US official: Airstrike kills terrorist

The terrorist behind the 2000 attack on the USS Cole is believed to have been killed in a US airstrike in Yemen, according to a US administration official.

Posted: Jan 5, 2019 6:19 PM
Updated: Jan 5, 2019 6:46 PM

The terrorist behind the 2000 attack on the USS Cole is believed to have been killed in a US airstrike in Yemen on Tuesday, according to a US administration official.

Jamel Ahmed Mohammed Ali Al-Badawi was an al Qaeda operative who the US believes helped orchestrate the October 12, 2000, attack on the USS Cole that killed 17 American sailors.

The official said all intelligence indicators show al-Badawi was killed in a strike in Yemen as a result of a joint US military and intelligence operation.

US officials told CNN that the strike took place in Yemen's Ma'rib Governorate.

While US Central Command, which oversees military operations in the region, later confirmed that al-Badawi was targeted in a strike, a spokesman said the US was still assessing the results.

"US forces conducted a precision strike Jan. 1st in the Marib governate, Yemen, targeting Jamal al-Badawi, a legacy al Qaeda operative in Yemen involved in the USS Cole bombing," US Navy Capt. Bill Urban, a spokesman for Central Command, told CNN in a statement.

"US forces are still assessing the results of the strike following a deliberate process to confirm his death," he added.

The administration official said that al-Badawi was struck while driving alone in a vehicle and that the US assessed there was not any collateral damage.

Al-Badawi was on the FBI's list of most wanted terrorists.

The Cole was attacked by suicide bombers in a small boat laden with explosives while in port in Aden, Yemen, for refueling. The attack also wounded 39 sailors.

The bombing was attributed to al Qaeda and foreshadowed the attack on the US less than one year later on September 11, 2001.

"Al-Badawi was indicted by a federal grand jury in 2003, charged with 50 counts of various terrorism offenses, including murder of US nationals and murder of US military personnel," Urban said.

Al-Badawi was arrested by Yemeni authorities in December of 2000 and held in connection with the Cole attack but he escaped from a prison in Yemen in April of 2003.

He was recaptured by Yemeni authorities in March of 2004 but again escaped Yemeni custody in February 2006 after he and several other inmates used broomsticks and pieces of a broken fan to dig an escape tunnel that led from the prison to a nearby mosque.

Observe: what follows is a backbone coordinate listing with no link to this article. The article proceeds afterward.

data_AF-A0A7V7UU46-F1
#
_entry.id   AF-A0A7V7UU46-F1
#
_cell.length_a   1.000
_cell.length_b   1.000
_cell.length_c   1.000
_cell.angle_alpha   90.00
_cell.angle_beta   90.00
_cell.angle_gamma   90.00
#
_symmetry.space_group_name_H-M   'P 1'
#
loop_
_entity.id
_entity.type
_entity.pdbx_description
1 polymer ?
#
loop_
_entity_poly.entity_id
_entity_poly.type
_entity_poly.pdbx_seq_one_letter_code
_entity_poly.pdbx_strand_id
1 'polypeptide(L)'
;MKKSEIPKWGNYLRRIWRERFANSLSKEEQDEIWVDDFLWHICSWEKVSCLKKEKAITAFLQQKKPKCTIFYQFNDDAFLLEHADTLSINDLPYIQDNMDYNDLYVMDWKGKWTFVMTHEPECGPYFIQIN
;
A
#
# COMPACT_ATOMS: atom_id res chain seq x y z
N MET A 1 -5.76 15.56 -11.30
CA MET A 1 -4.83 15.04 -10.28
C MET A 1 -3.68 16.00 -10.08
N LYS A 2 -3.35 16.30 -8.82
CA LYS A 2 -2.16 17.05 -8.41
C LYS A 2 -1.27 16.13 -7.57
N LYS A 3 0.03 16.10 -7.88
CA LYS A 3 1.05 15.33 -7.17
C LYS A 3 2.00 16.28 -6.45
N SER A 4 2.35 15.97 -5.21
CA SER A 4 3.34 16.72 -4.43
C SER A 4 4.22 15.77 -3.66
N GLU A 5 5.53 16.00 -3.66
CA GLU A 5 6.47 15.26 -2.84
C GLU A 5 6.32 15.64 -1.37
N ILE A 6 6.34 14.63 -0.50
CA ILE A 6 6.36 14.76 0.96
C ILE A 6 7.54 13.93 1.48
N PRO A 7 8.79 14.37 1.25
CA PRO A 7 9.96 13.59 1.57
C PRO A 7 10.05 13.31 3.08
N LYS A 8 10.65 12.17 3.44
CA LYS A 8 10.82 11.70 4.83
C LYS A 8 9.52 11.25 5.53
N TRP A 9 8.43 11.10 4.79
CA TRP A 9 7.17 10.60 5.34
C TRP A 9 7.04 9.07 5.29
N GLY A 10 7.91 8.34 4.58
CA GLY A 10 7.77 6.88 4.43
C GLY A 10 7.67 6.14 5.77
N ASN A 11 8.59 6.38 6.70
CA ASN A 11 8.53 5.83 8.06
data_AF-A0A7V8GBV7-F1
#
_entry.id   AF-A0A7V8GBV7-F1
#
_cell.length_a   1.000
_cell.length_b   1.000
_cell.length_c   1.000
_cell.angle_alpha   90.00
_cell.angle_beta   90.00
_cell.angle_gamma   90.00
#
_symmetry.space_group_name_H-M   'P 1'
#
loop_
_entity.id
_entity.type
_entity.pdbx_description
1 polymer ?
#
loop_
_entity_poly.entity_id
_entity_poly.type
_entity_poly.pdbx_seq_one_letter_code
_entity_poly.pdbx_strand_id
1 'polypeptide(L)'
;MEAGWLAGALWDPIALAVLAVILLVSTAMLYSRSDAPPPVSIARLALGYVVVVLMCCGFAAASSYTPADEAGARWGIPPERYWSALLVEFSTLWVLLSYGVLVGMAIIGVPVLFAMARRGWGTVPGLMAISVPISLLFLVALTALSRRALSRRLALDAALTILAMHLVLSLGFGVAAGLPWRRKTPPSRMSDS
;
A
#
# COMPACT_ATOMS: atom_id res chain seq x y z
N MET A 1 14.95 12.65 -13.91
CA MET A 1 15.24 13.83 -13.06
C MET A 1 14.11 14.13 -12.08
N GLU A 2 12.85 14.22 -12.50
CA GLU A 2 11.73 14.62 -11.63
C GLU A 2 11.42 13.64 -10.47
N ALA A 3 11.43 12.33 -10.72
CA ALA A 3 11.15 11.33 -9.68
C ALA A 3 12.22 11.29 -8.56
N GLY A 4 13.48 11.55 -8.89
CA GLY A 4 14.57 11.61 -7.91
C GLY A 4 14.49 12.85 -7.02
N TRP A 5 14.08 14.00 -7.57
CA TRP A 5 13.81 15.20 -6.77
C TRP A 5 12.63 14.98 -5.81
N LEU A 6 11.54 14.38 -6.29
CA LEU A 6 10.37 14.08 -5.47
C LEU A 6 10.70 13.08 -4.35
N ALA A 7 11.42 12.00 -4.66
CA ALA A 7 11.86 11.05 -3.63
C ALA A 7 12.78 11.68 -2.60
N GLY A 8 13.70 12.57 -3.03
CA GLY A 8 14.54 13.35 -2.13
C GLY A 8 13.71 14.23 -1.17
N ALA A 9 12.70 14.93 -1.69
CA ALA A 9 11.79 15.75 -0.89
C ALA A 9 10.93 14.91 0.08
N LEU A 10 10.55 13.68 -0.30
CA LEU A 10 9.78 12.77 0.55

The State Department's Rewards for Justice Program had previously offered a reward of up to $5 million for information leading to his arrest.

Abd al Rahim al-Nashiri, an al Qaeda militant also seen as a key figure in the bombing, has been in US custody since 2002 and has been held at the detention facility in Guantanamo Bay, Cuba since 2006.

US military prosecutors have charged al-Nashiri with murder for allegedly planning the attack on the USS Cole.

Al-Badawi is also not the first high profile al Qaeda target that the US has killed in Yemen.

US officials told CNN in August that a 2017 CIA drone strike in Yemen killed Ibrahim al-Asiri, a master al Qaeda bombmaker.

Al-Asiri, a native of Saudi Arabia, was the mastermind behind the "underwear bomb" attempt to detonate on a flight above the skies of Detroit on Christmas Day in 2009.

He was widely credited with perfecting miniaturized bombs with little or no metal content that could make it past some airport security screening. That ability made him a direct threat to the US, and some of his plots had come close to reaching their targets in the US.

The US has sought to prevent al Qaeda from exploiting the chaos of Yemen's civil war to establish a safe haven and the US military carried out 131 airstrikes in Yemen in 2017 and conducted 36 strikes in 2018, nearly all of them targeting al Qaeda in the Arabian Peninsula, a terror group that both al-Asiri and Al-Badawi have been associated with.

The CIA has not revealed how many strikes it has carried out. CIA drone strikes are not publicly acknowledged.

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